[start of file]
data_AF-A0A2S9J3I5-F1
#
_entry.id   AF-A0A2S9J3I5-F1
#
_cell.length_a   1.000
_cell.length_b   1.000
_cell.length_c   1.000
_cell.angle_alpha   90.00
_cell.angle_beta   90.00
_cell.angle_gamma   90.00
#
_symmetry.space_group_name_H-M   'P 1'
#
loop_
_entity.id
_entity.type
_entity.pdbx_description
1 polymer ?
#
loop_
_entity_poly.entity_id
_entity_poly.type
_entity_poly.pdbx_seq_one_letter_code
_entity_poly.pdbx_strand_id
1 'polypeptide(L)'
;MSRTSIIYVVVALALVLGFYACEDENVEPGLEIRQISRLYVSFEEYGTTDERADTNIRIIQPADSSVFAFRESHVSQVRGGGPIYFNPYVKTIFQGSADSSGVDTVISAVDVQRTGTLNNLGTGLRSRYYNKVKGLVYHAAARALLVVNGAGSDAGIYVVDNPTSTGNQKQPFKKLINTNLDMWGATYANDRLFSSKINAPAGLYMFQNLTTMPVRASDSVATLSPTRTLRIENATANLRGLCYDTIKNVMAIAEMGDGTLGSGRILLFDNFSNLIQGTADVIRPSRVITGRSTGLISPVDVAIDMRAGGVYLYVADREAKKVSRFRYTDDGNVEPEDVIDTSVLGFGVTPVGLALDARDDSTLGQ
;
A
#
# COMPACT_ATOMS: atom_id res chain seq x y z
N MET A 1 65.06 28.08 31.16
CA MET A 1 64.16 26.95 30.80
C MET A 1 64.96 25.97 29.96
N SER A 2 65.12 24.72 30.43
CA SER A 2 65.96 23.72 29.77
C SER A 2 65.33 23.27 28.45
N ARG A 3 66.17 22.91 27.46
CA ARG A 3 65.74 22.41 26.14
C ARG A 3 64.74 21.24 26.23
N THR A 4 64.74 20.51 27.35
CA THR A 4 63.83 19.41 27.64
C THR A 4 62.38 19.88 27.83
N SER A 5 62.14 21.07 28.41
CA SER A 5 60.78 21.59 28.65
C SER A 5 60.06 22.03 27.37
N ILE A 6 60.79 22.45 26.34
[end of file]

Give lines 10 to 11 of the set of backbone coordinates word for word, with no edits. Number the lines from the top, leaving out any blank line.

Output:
_cell.angle_gamma   90.00
#